There are too many assumptions in your argument. I could counter-assume (as Voltage's lawyer would do) that a person could have left the Bittorren app running overnight, for example. In which case the argument falls appart. The issue is not what one can assume, but what one can prove.

said by gibbons_:

So, if a defendant could request full disclosure on the data Voltage has acquired, they should receive the total time they were monitored in the torrent "swarm" (is that the right term?). Provided that the time they were monitored uploading the torrent is less than the the time their maximum upload speed would have required to seed 700MB, then in theory, have they done anything illegal?

Isn't the "illegal" action uploading a complete file for another user to use illegitimately? Or do the "chunks" count as well?

It is illegal to copy or share more than a percentage of any copyrighted work. This percentage is called "fair use". Assuming that "chunks" are considered a genuine copy of the work, then "fair use" is more or less 10% which makes the argument that this person was infringing the copyright feasible.
In this case, certainly, an accused could request from Canipre the time his/her IP was monitored. A calculation can be made to se if it is possible or impossible.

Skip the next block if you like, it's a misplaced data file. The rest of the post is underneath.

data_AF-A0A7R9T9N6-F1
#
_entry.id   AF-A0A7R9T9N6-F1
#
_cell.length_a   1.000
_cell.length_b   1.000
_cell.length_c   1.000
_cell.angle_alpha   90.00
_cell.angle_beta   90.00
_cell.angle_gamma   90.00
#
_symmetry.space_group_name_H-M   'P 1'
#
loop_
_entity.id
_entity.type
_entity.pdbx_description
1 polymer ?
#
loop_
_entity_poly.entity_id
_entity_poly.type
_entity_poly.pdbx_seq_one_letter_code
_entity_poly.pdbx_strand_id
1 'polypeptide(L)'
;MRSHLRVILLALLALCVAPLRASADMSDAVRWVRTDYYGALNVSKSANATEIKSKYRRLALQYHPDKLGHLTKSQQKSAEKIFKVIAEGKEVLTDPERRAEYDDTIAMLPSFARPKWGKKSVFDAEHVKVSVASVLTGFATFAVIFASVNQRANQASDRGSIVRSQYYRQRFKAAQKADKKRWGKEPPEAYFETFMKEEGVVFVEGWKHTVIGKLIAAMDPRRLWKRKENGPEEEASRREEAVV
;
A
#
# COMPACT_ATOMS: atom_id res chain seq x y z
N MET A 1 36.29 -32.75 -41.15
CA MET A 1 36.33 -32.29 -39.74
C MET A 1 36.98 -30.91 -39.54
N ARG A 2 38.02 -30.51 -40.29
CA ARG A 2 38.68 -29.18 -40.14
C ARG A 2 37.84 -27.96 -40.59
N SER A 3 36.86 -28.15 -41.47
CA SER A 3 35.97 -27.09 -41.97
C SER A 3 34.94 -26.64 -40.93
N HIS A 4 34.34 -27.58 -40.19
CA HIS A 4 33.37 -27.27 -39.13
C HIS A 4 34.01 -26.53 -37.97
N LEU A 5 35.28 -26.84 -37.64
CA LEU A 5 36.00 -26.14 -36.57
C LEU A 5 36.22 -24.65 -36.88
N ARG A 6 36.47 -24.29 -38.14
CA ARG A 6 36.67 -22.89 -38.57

The problem I have with this notion is that I can't possibly see how a "chunk" without the Header or the Index can possibly be considered part of the work. Now, let's assume that a person uploads several "chunks" and the Header and the Index in excess of "fair use", then, and only then, I can see this person infringing in copyright because now you can see a part of the movie, hear a part of the soundtrack and extract stills.

My previous point was that an argument can be made playing statistics. Since the Header and the Index are just a few "chunks" among hundredths and thousands, most of the time the uploader would simply be uploading garbage.

globus9991

join:2004-11-14
Argelia
reply to gibbons_

Continuing with the argument above, there is another wrinkle in this affair. It so happens that Canipre only monitors three things:

1 - The uploader's IP
2 - What the uploader is offering
3 - What the uploader has actually uploaded to Canipre.

#1 is actually irrelevant copyright-wise
#2 is irrelevant. Making something available that could be anything, even if the file is titled "Sykfall" or "StarTrek Into Darkness" means nothing unless one can prove what's in the file.
#3 is the issue. Here Canipre received from the uploader the actual file and its contents can be verified.

The problem is that Canipre is not and cannot monitor bandwidth and how much has an uploader actually uploaded.

In other words. Let's say that in order to upload a 700 Mb @ 0.6Mb/s = 2.6 hours full bw saturation. And let's say that the uploader kept the Bittorrent app running for 24 hrs.